The Armenian government announced on Thursday that it will receive almost $146 million in fresh foreign loans soon to finance about half of its budget deficit projected for this year.
The government formally approved lending agreements with Germany’s state development bank KfW and the Asian Development Bank (ADB) at a weekly session chaired by Prime Minister Nikol Pashinian. It said KfW will lend it 40 million euros ($44 million) while the Manila-based ADB will provide two other “budgetary support loans” worth a combined 45.6 million euros.
According to Deputy Finance Minister Karen Brutian, the cabinet will approve next week a similar agreement with the World Bank to secure a 45.8 million-euro loan before the end of this year.
“All these funds will be channeled into financing the budget deficit envisaged by the state budget: namely, financing budgetary expenditures,” Brutian told cabinet members.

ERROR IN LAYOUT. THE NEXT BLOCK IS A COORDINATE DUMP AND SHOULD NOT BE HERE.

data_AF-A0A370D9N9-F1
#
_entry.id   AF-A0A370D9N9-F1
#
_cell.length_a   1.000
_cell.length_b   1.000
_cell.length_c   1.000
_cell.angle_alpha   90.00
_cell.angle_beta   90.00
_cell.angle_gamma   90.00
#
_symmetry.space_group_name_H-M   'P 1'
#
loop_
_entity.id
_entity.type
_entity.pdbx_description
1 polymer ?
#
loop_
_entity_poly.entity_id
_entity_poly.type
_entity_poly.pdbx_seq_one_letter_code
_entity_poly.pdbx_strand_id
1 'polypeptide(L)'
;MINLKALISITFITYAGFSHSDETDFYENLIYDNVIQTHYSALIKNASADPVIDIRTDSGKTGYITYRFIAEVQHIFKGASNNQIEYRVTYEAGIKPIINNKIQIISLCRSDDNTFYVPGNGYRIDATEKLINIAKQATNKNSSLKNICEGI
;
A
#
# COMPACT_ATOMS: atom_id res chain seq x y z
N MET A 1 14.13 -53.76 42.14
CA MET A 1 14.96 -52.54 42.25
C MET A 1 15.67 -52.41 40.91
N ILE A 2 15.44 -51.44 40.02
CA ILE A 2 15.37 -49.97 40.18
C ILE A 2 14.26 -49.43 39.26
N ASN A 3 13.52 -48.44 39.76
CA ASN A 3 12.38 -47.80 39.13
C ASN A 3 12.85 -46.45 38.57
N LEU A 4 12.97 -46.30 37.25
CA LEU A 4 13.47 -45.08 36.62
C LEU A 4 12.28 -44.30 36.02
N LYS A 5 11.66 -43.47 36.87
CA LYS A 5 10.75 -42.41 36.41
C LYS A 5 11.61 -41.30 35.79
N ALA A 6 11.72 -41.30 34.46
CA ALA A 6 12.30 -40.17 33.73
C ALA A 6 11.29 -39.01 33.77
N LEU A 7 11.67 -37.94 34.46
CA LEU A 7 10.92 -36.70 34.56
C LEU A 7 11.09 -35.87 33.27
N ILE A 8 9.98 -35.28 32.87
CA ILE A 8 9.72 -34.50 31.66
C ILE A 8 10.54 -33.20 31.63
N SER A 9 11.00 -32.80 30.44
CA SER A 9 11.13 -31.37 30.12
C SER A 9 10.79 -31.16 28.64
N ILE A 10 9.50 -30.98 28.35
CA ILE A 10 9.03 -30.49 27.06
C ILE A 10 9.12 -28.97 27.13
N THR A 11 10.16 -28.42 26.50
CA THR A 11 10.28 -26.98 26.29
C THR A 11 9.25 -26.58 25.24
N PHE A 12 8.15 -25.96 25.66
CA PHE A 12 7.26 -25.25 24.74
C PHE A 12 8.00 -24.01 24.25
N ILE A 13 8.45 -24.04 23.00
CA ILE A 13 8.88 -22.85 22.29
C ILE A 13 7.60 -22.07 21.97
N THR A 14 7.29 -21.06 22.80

Armenia’s 2019 fiscal deficit is projected at roughly 150 billion drams ($316 million), a sum equivalent to around 2.5 percent of GDP.
Armenia was even more dependent on external budgetary loans in the 1990s and early 2000s. Such low-interest loans make up a large part of the country’s public debt which totaled $6.54 billion as of September 30.
Brutian said the debt will reach $6.94 billion, or 50.3 percent of GDP, at the end of this year. The debt-to-GDP ratio stood at 51.3 percent last year, stressed the official.
Pashinian welcomed the decreased relative debt burden, saying that his government has room for more borrowing that could potentially finance “mega projects” considered by it. He shed no light on those projects.
Pashinian already mentioned the “mega projects” relating to the construction of roads, water reservoirs and other public infrastructure after visiting Brussels in March. He said the European Union is ready to co-finance them with the Armenian government. The government may have to seek more foreign loans for that purpose, he said.